Before I wax poetically about the youthful Rockies, I have an axe to grind about the television broadcasting crew of Drew Goodman, Jeff Huson and George Frazier. Those three form one of the most biased, nonobjective broadcasting teams in baseball history. I’m not kidding. The Rockies never get the same calls as their opponents do. The Rockies never get the national recognition like everyone else does. The Rockies are the greatest team to ever walk the planet and if they played a roster compiled of Jesus, Moses, God and the 12 apostles, Colorado should win 5-4 in extras nine times out of 10. If not, the Rockies beat themselves, because there’s no way Jesus and the gang were better. Don’t believe me? Just ask Goodman, Huson and Frazier. All right, now that that’s out of the way – the Rockies are a damn fine club and should leapfrog the Dodgers in the division this year. Their core – Troy Tulowitzki, Ian Stewart, Chris Iannetta, Dexter Fowler and Carlos Gonzalez – are all 27 years old or younger and that doesn’t include 26-year-old stud Ubaldo Jimenez, who is absolutely filthy when he’s on. Throw in key veterans like Todd Helton (a perennial .300 hitter) and Jeff Francis (who could win 15-plus games filling in for the departed Jason Marquis), and Colorado has the tools to make a deep run. The question is whether or not starters Francis and Jorge De La Rosa will keep their ERAs below 5.00 and the young offensive players can move forward in their development and not backwards. But outside of the ultra-annoying broadcast team, I love the Rockies from top to bottom this year and believe they can do some damage in 2010.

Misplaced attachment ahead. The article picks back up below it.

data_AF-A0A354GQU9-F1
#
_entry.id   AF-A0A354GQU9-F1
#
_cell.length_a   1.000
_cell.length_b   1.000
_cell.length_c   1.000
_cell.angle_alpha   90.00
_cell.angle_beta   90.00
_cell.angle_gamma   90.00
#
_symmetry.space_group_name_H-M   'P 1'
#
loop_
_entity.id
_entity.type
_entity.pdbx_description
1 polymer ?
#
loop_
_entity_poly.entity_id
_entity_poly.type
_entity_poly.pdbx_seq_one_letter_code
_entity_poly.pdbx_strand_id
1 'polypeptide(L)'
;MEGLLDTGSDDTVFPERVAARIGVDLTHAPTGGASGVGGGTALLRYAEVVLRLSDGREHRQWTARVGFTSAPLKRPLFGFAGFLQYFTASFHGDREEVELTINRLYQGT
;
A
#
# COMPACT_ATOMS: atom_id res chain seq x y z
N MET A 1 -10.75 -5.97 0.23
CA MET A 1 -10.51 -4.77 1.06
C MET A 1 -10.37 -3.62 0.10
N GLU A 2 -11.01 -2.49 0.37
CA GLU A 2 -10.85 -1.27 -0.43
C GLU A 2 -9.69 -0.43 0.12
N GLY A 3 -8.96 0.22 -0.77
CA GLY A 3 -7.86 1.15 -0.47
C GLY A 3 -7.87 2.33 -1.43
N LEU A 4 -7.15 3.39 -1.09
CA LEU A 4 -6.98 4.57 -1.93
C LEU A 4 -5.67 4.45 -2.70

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Yankees acquire Curtis Granderson in three-team deal

According to Jon Morsoi of FOXSports.com, the Yankees have acquired outfielder Curtis Granderson from the Tigers as part of a three-team deal that also includes the Diamondbacks.

Here’s how the trade breaks down:

Yankees Get:
Curtis Granderson (Tigers)

Tigers Get:
Max Scherzer (Diamondbacks)
Daniel Schlereth (Diamondbacks)
Phil Coke (Yankees)
Austin Jackson (Yankees)

Diamondbacks Get:
Edwin Jackson (Tigers)
Ian Kennedy (Yankees)

The Yankees and Tigers did very well in this deal. The Bronx Bombers get a five-tool player in Granderson, who can play either center or left field depending on whether or not the club re-signs Johnny Damon this winter. Granderson struggles hitting lefties, but he’s only 28-years old and his potential is still very high.

The Tigers, meanwhile, get financial flexibility by trading Granderson and also hauled in a coup of young talent. Austin Jackson was highly regarded as the Yankees’ centerfielder of the future. He’s 22 and hit .300 with four home runs, nine triples, 23 doubles, 65 RBI and 24 stolen bases in 132 Triple-A games last year. If he continues to develop, he might turn out to be Detroit’s next Granderson.

Scherzer is a 25-year old, hard-throwing right-hander who can eat up innings and is a workhorse. Schlereth was Arizona’s 2008 first round pick and saw some game action late last season and Coke already has experience at the big league level himself.

Not to take anything away from the Edwin Jackson, but this seems like a lateral move for Arizona. Scherzer is just as talented as Jackson (if not more talented), so why part with him and Schlereth to complete this deal? They better hope Kennedy starts fulfilling some of his potential or this might look like a bad deal for the D-Backs in a couple years.